Futurewize to help Junior Cycle kids wise up to STEM careers (video)

10 Oct 201683 Shares

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Futurewize aims to wisen up Junior Cycle students to promise of STEM careers. Pictured is Dylan Duffy from Blessington Community College. Image: Marc O’Sullivan

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A new classroom programme called Futurewize aims to inspire Junior Cycle students to consider new career possibilities, by focusing on STEM subjects and also bridging the gender gap.

Designed by Junior Achievement Ireland (JAI) and developed for delivery by volunteers in industry, the Futurewize programme aims to inspire a new generation to discover rewarding career possibilities through STEM subjects like science, technology, engineering and maths.

The programme is jointly sponsored by Science Foundation Ireland and industry partner Fidelity Investments.

The new programme coincides with the 20th anniversary of the founding of JAI.

‘An important part of this is that students meet and engage with positive role models from industry who can provide them with insight into what it might be like to work in science, technology, or engineering related jobs and businesses’
– DR AOIBHINN NÍ SHÚILLEABHÁIN

Between 2016 and 2017, more than 2,000 students will complete Futurewize with 80 trained business volunteers from Fidelity Investments and other volunteer companies.

Working with the 13-15-year-olds in their own classrooms once a week for five weeks, Futurewize volunteers will serve to highlight the importance and relevance of STEM subjects and their links to a huge range of potential career pathways.

Specially trained volunteers will act as role models from the world of work by sharing their own real-life experiences as they work through the Futurewize modules. These will map the four strands of the new curriculum: Earth and Space, Chemical World, Physical World and Biological World.

Linking each module to varied careers and fields of study is a core design principle, as is providing extended learning opportunities. Students will get take-home materials so that other family members can be involved in exploring career options and discussing the relevance of STEM skills.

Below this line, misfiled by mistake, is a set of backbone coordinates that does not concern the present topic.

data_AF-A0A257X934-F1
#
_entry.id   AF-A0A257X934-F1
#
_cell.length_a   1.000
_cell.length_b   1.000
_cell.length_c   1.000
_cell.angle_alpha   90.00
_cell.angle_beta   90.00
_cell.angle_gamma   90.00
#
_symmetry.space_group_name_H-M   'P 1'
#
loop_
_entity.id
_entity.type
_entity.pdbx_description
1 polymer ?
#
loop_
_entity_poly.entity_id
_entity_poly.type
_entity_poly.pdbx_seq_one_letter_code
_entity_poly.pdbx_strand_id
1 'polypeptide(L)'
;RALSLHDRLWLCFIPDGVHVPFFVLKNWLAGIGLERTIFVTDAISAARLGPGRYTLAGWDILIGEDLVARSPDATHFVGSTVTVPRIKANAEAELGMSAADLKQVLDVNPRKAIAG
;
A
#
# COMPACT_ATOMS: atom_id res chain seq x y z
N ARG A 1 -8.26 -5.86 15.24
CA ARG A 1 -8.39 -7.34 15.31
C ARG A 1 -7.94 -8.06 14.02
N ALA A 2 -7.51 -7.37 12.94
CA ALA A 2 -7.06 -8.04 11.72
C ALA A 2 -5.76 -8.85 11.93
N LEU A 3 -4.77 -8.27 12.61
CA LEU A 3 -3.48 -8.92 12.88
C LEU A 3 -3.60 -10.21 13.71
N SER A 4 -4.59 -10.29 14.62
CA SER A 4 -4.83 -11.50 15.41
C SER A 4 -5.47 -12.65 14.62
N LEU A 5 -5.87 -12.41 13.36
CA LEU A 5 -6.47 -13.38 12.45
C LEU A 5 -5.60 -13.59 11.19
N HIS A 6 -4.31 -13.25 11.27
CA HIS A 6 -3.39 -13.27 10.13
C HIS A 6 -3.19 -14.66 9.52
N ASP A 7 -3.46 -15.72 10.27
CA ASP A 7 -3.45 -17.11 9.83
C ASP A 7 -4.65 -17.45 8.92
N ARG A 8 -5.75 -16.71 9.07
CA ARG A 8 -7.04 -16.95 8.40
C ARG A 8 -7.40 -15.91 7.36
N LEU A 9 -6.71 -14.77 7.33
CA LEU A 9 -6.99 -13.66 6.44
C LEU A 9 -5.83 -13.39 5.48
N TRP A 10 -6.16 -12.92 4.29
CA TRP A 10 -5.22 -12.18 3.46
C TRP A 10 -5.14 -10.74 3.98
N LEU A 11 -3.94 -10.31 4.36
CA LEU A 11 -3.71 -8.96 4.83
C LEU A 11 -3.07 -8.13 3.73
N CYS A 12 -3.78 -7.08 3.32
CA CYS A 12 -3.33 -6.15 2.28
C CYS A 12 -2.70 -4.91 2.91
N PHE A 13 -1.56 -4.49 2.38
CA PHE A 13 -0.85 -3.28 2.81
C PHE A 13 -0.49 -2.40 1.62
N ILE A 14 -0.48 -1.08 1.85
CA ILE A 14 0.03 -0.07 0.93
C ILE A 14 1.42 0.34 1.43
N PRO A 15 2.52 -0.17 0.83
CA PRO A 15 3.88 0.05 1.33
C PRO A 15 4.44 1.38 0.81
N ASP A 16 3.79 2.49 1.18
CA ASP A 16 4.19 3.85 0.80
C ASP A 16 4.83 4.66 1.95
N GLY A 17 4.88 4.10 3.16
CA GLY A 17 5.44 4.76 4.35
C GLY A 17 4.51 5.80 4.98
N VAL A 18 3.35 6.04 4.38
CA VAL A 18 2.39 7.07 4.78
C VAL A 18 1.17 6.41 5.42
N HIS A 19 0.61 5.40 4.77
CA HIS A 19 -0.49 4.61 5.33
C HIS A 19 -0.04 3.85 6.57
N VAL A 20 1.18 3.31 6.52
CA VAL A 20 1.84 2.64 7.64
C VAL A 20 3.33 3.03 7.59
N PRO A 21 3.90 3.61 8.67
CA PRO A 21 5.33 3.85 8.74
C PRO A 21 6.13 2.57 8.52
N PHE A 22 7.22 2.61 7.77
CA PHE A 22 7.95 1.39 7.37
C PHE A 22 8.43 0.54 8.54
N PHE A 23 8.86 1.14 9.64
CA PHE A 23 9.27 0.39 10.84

“Over 150 businesses release 3,000 business volunteers from across a range of industries to facilitate JAI programmes each year, to complement the work of families and teachers in inspiring and motivating young people to maximise their potential,” said JAI CEO Helen Raftery.

“Futurewize is a great addition to the menu of options we offer our partner schools and businesses, all of which see the educational benefits of industry-education engagement.

Bridging the gender gap

Futurewise aims to use industry volunteers to educate kids about careers in STEM

Dr Aoibhinn Ní Shúilleabháin, science communicator and assistant professor in the UCD School of Mathematics and Statistics with Emma Kavanagh, second year student at Blessington Community College. Image: Marc O’Sullivan

A key focus of Futurewize is to bridge the existing gender gap by encouraging girls to pursue further education and careers in science, technology, engineering and maths related fields.

The Futurewize (STEM skills) programme will have 60pc female participation levels on the course.

School partners on the Futurewize programme are based across the country in Dublin, Cork, Waterford, Limerick, Galway and the border counties.

Research has identified that “fitting in” is the most significant factor influencing a student’s choice on what to do after school.

Futurewize will help to excite students about STEM, showing them what career opportunities are possible and encouraging them to look beyond stereotypes to prepare for future jobs.

“We know that early STEM education, particularly for girls, is critical in influencing the career choices that students will make, helping to bridge the gender gap in STEM related roles,” said Steve Ashmore, head of technology services at Fidelity Investments.

“Fidelity Investments has had a long-standing relationship with JAI and as such, we know the really positive impact and important contribution our employees are making by supporting enterprise education in our local communities.”

By seeing the relevance of science and technology in their everyday lives, students can begin to see where they fit into these diverse and exciting fields.

“An important part of this is that students meet and engage with positive role models from industry who can provide them with insight into what it might be like to work in science, technology, or engineering related jobs and businesses,” said Dr Aoibhinn Ní Shúilleabháin, assistant professor in the UCD School of Mathematics and Statistics.

 

Editor John Kennedy is an award-winning technology journalist.

editorial@siliconrepublic.com